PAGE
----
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The Daily Journal
KANKAKEE, Ill. (AP) — After 50 years of teaching geology at Olivet Nazarene University, Dr. Max Reams is continuing to take his knowledge outside of the classroom and is sharing it with readers everywhere.
Just this year, the Bourbonnais resident has added three new titles to his bookshelf, and his writings do not stop at the topic of geology. He also writes on couple counseling and has penned a few mystery and detective novels, The Daily Journal of Kankakee reports.
When asked how he jug- gles so many varying genres, he said he has “an insatiable desire to learn things.” The book topics and ideas he’s generated over his years of teaching have created a “backlog in my brain” that is now becoming a collection of published works.
In 2013, Reams released “Geology of Illinois State Parks,” a book that was at least six years in the mak- ing. It was written with assistance from his traveling companion, “field assistant” and wife, Carol, to whom he has been married for 60 years.
The book is a guide to geological wonders that make up the state of Illinois. This year, he released another guidebook in a sim- ilar realm called “Waterfalls in Illinois — Hidden Beauty at Your Doorstep: An Interpretive Guide to the Geological Side of Illinois Waterfall Wonders.”
“A year after (the 2013 book) came out, I started having ideas for novels, so those began to occupy my time,” Reams said, adding he didn’t complete a book at that time due to teaching. “After I retired, I began to put together other concepts and ideas.”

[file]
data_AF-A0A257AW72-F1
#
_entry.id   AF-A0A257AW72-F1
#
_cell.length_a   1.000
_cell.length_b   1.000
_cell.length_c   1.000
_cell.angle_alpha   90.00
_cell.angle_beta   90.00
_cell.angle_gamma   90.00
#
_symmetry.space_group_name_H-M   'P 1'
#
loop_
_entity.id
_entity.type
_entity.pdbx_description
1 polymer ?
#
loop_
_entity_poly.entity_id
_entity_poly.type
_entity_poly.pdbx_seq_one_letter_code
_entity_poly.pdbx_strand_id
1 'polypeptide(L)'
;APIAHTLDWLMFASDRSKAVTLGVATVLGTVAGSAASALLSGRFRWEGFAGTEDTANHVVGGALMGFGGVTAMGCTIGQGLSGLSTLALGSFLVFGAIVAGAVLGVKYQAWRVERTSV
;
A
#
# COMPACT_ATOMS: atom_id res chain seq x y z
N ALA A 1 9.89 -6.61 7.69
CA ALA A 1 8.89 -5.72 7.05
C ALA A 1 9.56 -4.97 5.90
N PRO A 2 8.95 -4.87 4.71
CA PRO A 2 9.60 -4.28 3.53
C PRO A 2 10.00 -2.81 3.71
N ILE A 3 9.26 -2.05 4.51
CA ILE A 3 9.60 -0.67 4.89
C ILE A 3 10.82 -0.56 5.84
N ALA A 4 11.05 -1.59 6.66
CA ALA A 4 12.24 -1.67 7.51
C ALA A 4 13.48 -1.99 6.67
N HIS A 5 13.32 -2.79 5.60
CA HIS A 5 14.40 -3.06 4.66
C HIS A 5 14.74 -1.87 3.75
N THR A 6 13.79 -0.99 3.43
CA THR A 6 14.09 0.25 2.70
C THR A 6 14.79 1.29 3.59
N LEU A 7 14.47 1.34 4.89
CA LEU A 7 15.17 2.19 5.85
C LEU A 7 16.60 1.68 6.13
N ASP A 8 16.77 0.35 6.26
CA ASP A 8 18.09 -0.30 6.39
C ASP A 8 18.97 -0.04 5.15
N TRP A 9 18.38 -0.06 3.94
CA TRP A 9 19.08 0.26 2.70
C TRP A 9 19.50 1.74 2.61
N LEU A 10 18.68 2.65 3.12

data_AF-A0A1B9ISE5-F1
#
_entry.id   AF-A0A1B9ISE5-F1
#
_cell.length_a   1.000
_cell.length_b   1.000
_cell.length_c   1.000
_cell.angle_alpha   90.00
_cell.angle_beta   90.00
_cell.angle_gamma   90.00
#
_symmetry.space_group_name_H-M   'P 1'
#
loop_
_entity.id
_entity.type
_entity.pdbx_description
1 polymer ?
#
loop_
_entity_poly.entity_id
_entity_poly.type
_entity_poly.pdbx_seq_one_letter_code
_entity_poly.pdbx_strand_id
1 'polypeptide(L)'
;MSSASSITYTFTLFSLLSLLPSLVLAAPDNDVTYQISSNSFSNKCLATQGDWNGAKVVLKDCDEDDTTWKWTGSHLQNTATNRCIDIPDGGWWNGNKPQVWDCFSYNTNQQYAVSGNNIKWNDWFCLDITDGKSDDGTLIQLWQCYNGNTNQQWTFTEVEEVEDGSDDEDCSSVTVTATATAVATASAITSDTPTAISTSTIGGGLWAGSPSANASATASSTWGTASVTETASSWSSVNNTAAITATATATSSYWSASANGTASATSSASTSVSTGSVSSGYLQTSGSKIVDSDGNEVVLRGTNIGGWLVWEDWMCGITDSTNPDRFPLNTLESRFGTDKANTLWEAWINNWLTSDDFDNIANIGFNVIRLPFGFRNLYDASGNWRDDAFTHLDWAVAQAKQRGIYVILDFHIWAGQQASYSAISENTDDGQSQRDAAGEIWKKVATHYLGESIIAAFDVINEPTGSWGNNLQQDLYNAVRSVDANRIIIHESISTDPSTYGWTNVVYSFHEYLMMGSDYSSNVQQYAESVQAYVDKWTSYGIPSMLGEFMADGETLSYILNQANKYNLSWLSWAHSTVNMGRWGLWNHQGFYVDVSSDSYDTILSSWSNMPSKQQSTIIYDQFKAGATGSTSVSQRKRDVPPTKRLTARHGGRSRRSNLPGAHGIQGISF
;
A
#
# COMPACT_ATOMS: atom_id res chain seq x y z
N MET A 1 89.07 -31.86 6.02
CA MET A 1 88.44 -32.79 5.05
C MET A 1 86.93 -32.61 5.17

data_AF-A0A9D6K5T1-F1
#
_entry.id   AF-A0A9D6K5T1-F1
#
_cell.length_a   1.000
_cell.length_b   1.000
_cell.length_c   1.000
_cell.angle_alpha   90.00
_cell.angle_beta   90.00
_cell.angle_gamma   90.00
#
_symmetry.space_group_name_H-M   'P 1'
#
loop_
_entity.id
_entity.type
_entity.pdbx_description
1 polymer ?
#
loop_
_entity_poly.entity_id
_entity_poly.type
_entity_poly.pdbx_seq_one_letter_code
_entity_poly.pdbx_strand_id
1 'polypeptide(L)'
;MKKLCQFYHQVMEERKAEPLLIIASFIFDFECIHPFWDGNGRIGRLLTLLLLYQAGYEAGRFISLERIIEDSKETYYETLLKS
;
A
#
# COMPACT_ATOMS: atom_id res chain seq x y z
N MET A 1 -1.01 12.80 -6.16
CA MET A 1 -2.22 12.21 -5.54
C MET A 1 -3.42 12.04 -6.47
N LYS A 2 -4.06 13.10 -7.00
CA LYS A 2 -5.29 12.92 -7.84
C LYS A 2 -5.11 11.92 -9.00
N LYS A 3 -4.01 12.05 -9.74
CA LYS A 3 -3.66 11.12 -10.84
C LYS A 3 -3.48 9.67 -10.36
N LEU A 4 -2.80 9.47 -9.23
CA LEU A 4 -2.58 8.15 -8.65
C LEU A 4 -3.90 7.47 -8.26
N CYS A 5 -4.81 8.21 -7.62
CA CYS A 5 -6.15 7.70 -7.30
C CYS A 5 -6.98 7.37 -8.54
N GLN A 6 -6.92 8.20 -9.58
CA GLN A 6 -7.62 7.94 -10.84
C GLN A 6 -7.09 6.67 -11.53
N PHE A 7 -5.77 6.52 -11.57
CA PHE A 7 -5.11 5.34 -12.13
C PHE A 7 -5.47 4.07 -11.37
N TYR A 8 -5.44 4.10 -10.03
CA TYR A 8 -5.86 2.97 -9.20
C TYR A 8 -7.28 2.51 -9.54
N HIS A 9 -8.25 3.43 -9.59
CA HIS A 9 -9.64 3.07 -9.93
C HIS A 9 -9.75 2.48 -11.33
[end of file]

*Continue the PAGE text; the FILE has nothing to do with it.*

Additionally this year, Reams released “My Mine or Yours: A Novel from the Files of Eric Bonfield, Private Detective-Geologist.” The book is a sequel to the 2019 “Oil On My Hands,” which introduced the char- acter of Detective Eric Bonfield. Bonfield is also the subject of another title released this year, “Diamonds: Friend or Foe.”
Two years ago, Reams released study guides for married and soon-to-be- married couples, titled “On the Journey: A Married Couple’s Study Guide” and “Before the Journey: A Premarital Study Guide,” respectively.
Reams shared that he has worked with hundreds of married couples over the years, which gave him the knowledge and interest to create the study guides. Because of the aforemen- tioned backlog of ideas that he’s had for years, it only took him a few weeks to write these books.
“It was only a matter of how fast I could type,” he said.
As far as the mystery nov- els are concerned, he has three other books in various stages of the writing process.
He said that Carol is a great idea generator for his books, as she often poses him with questions that make him think about the trajectories of the novels.
“When she says those sorts of things, then it begins to cause a cascade in my brain to say, ‘OK, here’s a couple of thoughts I have not worked on before that would be great to do.’”
He’s also currently working on more nature-related books, including a book on Ice Age animals of the Midwest, and Missouri state parks. His nature books are not written for geology experts, but for anyone looking to learn more about the subject.
Reams has not only completed the fieldwork for these books but has completed drafts as well. The books are currently out to readers for feedback.
“Fortunately, I have a lot of wonderful people that serve as my readers and they give me lots of great constructive criticism,” shared Reams. “That lets me know if I’m being clear or not.”
Reams taught his last ONU class this past spring and now focuses his time on writing. He and Carol also do volunteer work with Riverside, and host religious services there twice per month.